Bernier, François, Travels in the Mogul Empire A.D. 1656-1668

(Westminster, Eng. :  Constable,  1891.)



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Or an account of ihe most important events after the rvar,
during five years or thereby, in the States of the Great

Sfj HE war being ended, the Tartars of Usbec eagerly
despatched ambassadors to Aureng-Zebe. These
people had been witnesses of his conduct and
valour in many battles, when in command of the corps
which ChaJi-Jehan sent to the assistance of the Kan of
Samarcande, then engaged in hostilities with him of Balk;
and they had reason to apprehend that Aureng-Zebe did
not forget the treachery of which they had been guilty
when he was on the point of capturing Balk, the capital
city of the enemy. Upon that occasion, the two Kans
made up their differences, and united in one common
effort to drive him back, lest he should seize upon both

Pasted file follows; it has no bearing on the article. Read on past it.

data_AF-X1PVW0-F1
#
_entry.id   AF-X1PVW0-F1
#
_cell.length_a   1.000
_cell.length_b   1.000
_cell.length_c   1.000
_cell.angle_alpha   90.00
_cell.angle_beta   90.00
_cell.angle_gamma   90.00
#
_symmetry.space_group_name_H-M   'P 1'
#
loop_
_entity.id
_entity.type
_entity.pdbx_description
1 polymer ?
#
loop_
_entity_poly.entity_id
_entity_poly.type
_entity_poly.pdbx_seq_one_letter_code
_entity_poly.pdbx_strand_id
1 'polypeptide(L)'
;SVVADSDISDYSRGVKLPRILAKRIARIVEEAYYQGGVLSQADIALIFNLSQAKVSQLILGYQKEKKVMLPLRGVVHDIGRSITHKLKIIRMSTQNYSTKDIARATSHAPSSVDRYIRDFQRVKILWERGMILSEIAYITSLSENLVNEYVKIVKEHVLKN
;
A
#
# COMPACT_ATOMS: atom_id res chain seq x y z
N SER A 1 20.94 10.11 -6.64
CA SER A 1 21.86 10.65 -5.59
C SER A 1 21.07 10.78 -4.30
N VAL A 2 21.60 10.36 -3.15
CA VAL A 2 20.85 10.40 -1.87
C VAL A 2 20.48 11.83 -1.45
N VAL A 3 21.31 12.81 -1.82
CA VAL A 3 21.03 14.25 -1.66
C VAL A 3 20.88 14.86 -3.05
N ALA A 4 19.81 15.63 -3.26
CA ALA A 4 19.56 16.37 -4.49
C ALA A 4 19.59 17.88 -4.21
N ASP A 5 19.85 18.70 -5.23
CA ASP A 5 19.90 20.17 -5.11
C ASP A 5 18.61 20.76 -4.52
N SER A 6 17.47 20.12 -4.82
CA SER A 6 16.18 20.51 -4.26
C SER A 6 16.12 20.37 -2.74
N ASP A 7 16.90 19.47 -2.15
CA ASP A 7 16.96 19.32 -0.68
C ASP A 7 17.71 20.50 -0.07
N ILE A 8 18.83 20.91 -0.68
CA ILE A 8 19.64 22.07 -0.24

their territories, in the same manner as Ekbar had obtained
possession of the kingdom of Kachemire. The Usbec
Tartars were not ignorant of the occurrences which had
taken place in Hindoustan, of the victories gained by
Aureng-Zebe, and of the total discomfiture and death of
the other competitors for the crown. They were aware
that although Chah-Jehan still lived, yet his son was, in
reality, the recognised and established King of the Indies.
Whether, then, they dreaded his just resentment, or
hoped, in their inbred avarice and sordidness, to obtain
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